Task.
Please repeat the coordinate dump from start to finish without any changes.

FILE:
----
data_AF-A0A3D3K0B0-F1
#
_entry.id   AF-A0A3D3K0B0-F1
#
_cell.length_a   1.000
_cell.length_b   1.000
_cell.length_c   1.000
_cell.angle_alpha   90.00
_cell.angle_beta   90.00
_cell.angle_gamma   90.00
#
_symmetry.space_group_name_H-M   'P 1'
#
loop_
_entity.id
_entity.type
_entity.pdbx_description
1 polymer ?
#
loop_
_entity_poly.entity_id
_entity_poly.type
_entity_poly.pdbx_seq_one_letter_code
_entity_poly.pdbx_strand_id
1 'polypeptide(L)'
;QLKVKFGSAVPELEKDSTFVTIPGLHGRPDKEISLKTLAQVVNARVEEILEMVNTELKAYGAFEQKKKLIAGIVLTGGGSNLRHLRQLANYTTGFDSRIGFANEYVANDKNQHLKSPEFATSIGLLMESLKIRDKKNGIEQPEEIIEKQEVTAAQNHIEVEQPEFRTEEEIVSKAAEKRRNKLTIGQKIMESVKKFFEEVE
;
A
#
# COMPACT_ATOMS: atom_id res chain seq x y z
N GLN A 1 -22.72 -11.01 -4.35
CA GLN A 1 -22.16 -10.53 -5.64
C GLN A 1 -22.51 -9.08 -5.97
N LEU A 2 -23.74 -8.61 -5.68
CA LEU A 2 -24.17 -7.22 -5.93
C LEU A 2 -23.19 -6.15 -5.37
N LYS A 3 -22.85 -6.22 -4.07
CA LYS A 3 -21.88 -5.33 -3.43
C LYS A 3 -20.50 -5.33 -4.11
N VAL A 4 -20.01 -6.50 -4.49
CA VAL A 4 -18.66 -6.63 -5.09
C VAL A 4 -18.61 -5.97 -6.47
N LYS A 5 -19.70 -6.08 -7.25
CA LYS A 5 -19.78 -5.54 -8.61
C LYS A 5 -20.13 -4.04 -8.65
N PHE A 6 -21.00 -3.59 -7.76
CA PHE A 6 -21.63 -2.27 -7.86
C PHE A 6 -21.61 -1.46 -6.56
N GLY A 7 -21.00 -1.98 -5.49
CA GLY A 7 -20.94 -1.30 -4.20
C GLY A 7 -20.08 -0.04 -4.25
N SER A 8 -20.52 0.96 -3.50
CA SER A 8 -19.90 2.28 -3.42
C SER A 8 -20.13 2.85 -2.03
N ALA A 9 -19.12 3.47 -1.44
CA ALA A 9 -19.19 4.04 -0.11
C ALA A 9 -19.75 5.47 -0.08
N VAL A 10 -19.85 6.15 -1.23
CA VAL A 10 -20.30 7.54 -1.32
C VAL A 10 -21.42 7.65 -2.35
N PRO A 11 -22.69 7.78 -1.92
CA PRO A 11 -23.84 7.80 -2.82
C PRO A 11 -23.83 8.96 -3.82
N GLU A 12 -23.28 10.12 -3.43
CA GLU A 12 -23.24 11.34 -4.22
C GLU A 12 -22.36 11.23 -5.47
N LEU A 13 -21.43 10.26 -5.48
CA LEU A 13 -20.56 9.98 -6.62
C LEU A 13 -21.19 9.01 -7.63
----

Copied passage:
data_AF-A0A3D3K0B0-F1
#
_entry.id   AF-A0A3D3K0B0-F1
#
_cell.length_a   1.000
_cell.length_b   1.000
_cell.length_c   1.000
_cell.angle_alpha   90.00
_cell.angle_beta   90.00
_cell.angle_gamma   90.00
#
_symmetry.space_group_name_H-M   'P 1'
#
loop_
_entity.id
_entity.type
_entity.pdbx_description
1 polymer ?
#
loop_
_entity_poly.entity_id
_entity_poly.type
_entity_poly.pdbx_seq_one_letter_code
_entity_poly.pdbx_strand_id
1 'polypeptide(L)'
;QLKVKFGSAVPELEKDSTFVTIPGLHGRPDKEISLKTLAQVVNARVEEILEMVNTELKAYGAFEQKKKLIAGIVLTGGGSNLRHLRQLANYTTGFDSRIGFANEYVANDKNQHLKSPEFATSIGLLMESLKIRDKKNGIEQPEEIIEKQEVTAAQNHIEVEQPEFRTEEEIVSKAAEKRRNKLTIGQKIMESVKKFFEEVE
;
A
#
# COMPACT_ATOMS: atom_id res chain seq x y z
N GLN A 1 -22.72 -11.01 -4.35
CA GLN A 1 -22.16 -10.53 -5.64
C GLN A 1 -22.51 -9.08 -5.97
N LEU A 2 -23.74 -8.61 -5.68
CA LEU A 2 -24.17 -7.22 -5.93
C LEU A 2 -23.19 -6.15 -5.37
N LYS A 3 -22.85 -6.22 -4.07
CA LYS A 3 -21.88 -5.33 -3.43
C LYS A 3 -20.50 -5.33 -4.11
N VAL A 4 -20.01 -6.50 -4.49
CA VAL A 4 -18.66 -6.63 -5.09
C VAL A 4 -18.61 -5.97 -6.47
N LYS A 5 -19.70 -6.08 -7.25
CA LYS A 5 -19.78 -5.54 -8.61
C LYS A 5 -20.13 -4.04 -8.65
N PHE A 6 -21.00 -3.59 -7.76
CA PHE A 6 -21.63 -2.27 -7.86
C PHE A 6 -21.61 -1.46 -6.56
N GLY A 7 -21.00 -1.98 -5.49
CA GLY A 7 -20.94 -1.30 -4.20
C GLY A 7 -20.08 -0.04 -4.25
N SER A 8 -20.52 0.96 -3.50
CA SER A 8 -19.90 2.28 -3.42
C SER A 8 -20.13 2.85 -2.03
N ALA A 9 -19.12 3.47 -1.44
CA ALA A 9 -19.19 4.04 -0.11
C ALA A 9 -19.75 5.47 -0.08
N VAL A 10 -19.85 6.15 -1.23
CA VAL A 10 -20.30 7.54 -1.32
C VAL A 10 -21.42 7.65 -2.35
N PRO A 11 -22.69 7.78 -1.92
CA PRO A 11 -23.84 7.80 -2.82
C PRO A 11 -23.83 8.96 -3.82
N GLU A 12 -23.28 10.12 -3.43
CA GLU A 12 -23.24 11.34 -4.22
C GLU A 12 -22.36 11.23 -5.47
N LEU A 13 -21.43 10.26 -5.48
CA LEU A 13 -20.56 9.98 -6.62
C LEU A 13 -21.19 9.01 -7.63